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By Andy Argyrakis
This Week's Picks:
Diamond Dave leads Van Halen and The Cranberries return to the studio
Monday, February 20, 2012
Diamond Dave leads Van Halen: With the gritty rock n' roll return of Van Halen on the brand new studio CD A Different Kind of Truth, hopes are high that the band's upcoming show will be equally incendiary. Led by David Lee Roth (whose vocals on this record mark his first since the '80s), the night will be split between the legends' first run and raucous current cuts, free from all fluff that came in between. Also along for this reunion of sorts is the iconic rhythm section comprised of guitarist Eddie Van Halen and drummer Alex Van Halen, plus relative newcomer (and Eddie's son) Wolfgang Van Halen on bass. Friday at United Center: www.ticketmaster.com.
A bigger venue for a burgeoning band: Young the Giant's stock continues to grow, so much so that its upcoming Chicago appearance was moved from Metro to the Riviera Theatre to accommodate demand. Those who check out the Irvine, California-bred players are sure to revel in a blend of indie and alternative rock that's thus far found the fivesome touring alongside Minus the Bear, The Futureheads, Neon Trees and Steel Train, amongst others. Thursday at Riviera Theatre: www.jamusa.com.
Frampton comes alive again: Peter Frampton's long locks may gone, but his guitar god status remains, as evidenced by this 35th anniversary tour behind "Frampton Comes Alive," one of the best selling live albums of all time. With a front to back treatment of the collection, he promises hits like "Baby, I Love Your Way," "Do You Feel Like We Do?" and "Show Me the Way," adorned with his signature talk box sound effects. Saturday at Chicago Theatre: www.thechicagotheatre.com.
Cranberries comeback: For the first time in just over ten years, The Cranberries turn in a studio album, and despite the time apart, sound just as sweet and sassy as before. Throughout Roses (Cooking Vinyl), the Irish foursome pretty much picks up where 2001's Wake Up and Smell the Coffee left off, but with a reinvigorated spirit and noticeable maturity. Front woman Dolores O'Riordan continues switching seamlessly between her aggressive and angelic sides across the eleven tracks, while the players remarkably well-oiled following 2010's reunion tour.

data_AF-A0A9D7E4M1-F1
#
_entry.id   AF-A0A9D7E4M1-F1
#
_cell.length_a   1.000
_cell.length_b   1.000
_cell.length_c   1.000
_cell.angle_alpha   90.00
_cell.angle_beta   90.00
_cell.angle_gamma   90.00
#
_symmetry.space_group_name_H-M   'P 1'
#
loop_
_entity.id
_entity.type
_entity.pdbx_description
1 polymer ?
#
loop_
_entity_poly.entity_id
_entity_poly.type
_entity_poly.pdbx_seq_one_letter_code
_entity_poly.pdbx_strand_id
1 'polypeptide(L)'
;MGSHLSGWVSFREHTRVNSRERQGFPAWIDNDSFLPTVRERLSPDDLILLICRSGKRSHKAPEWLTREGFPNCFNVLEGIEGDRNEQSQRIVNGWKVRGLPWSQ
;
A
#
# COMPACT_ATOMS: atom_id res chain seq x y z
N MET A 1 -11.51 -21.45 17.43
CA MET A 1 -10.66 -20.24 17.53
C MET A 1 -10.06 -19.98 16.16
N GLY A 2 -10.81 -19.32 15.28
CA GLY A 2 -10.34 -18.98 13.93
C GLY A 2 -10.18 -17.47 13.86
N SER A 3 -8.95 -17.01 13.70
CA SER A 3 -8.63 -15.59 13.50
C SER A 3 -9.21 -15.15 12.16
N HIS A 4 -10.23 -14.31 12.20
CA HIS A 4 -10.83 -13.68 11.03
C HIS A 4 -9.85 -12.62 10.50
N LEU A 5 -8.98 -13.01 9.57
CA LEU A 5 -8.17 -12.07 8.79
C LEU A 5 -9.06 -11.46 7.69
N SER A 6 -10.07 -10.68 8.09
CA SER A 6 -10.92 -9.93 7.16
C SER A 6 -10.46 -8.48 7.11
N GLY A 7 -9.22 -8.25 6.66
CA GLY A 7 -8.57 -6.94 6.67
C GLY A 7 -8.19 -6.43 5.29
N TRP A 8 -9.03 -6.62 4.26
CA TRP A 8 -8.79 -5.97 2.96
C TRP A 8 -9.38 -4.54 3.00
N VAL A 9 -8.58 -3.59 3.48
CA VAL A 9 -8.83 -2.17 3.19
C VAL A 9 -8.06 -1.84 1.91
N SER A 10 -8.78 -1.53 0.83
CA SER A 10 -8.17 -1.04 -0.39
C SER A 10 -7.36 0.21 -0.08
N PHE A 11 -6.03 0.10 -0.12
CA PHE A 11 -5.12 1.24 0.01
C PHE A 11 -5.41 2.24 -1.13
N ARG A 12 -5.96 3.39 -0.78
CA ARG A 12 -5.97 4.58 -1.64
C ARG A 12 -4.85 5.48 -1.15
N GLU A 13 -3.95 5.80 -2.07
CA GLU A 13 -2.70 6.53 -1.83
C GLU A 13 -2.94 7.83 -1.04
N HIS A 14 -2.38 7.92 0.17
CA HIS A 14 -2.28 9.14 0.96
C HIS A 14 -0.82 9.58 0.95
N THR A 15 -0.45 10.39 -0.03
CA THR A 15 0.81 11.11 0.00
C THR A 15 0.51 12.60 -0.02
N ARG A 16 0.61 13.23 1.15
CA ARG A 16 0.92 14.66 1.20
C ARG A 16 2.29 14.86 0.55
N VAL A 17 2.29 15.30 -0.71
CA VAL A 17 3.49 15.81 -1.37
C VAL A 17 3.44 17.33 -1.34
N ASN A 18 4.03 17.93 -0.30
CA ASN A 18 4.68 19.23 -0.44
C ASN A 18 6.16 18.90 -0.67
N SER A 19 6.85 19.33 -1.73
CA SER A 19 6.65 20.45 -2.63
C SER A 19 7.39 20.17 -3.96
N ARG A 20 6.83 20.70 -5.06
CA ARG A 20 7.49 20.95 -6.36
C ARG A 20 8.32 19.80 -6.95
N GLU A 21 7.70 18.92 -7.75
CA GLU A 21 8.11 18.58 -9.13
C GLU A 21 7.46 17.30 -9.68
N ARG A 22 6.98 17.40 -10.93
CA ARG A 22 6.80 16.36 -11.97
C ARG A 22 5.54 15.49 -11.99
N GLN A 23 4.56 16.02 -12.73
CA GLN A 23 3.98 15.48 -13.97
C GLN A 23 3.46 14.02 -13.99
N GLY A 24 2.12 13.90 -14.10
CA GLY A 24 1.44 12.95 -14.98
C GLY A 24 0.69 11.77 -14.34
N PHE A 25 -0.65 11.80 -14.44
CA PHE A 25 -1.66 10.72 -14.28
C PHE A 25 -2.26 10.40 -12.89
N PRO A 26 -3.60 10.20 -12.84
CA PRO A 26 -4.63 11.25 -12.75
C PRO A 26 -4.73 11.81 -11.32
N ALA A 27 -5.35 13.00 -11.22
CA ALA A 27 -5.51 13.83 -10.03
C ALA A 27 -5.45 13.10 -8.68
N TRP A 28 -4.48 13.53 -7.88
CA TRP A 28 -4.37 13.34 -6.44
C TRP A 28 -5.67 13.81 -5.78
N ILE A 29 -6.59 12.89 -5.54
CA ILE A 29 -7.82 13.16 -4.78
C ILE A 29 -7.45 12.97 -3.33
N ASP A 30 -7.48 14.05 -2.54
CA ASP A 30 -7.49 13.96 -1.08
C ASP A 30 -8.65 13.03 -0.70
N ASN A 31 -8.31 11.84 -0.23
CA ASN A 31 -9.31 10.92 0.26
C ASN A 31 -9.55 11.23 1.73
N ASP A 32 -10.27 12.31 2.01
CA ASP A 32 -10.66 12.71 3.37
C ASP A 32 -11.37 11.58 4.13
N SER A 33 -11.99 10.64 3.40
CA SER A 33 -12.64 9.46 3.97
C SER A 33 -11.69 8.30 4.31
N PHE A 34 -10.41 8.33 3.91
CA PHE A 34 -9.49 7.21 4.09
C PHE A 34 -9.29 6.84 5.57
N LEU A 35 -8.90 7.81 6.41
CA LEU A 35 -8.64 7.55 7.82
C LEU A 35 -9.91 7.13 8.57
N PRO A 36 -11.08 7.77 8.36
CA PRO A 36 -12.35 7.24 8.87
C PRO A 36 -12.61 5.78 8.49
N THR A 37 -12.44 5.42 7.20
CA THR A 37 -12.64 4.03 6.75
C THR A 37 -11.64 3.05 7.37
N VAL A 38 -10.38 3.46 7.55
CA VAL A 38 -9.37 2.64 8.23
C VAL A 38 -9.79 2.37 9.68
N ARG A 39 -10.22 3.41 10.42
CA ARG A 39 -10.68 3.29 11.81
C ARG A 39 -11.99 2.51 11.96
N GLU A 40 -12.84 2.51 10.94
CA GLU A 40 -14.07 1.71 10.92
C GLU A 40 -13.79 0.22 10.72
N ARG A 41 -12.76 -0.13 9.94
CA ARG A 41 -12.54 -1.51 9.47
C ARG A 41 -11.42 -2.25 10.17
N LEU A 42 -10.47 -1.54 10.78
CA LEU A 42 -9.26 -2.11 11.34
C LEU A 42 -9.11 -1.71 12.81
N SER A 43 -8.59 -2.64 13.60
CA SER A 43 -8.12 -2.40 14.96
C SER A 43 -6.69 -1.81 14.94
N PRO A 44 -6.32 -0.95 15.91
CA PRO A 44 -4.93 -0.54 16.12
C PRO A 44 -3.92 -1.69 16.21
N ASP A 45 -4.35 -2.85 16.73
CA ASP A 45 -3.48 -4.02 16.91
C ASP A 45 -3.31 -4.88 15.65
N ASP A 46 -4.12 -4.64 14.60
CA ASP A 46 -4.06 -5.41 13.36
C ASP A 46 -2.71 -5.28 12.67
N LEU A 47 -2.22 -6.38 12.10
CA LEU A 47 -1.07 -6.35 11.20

Turn up the fun: Very few bands can boast both a performance at the Coachella Valley Music & Arts Festival (the preeminent hipster pilgrimage) and having one of its songs sung on the commercial smash TV show "Glee," but somehow fun. manages to impact both sides of current pop culture. On the artistic side of the argument, the trio from New York concocts a distinct myriad of baroque indie rock, theatrical pop and an increasingly noticeable hip-hop flavoring, though for those inclined exclusively towards Top 40 radio, there isn't a single song on its sophomore CD Some Nights (Fueled by Ramen) that isn't endlessly contagious.
An emotional McGraw: Tim McGraw refers to the new Emotional Traffic (Curb) as "my best album ever" and it certainly is a cornerstone in the country superstar's catalogue thanks to a blend of his primary genre, plus plenty of good old fashioned rock n' roll with pop sensibility. He grooves southern charm come "Right Back Atcha Babe" and rises from his own emotional ashes on the bluesy ballad "Better Than I Used To Be."
Feb. 13 - 19
Feb. 6 - 12
Jan. 30 - Feb. 5
Jan. 23 - 29
Jan. 16 - 22
Jan. 9 - 15
Jan. 2 - 8
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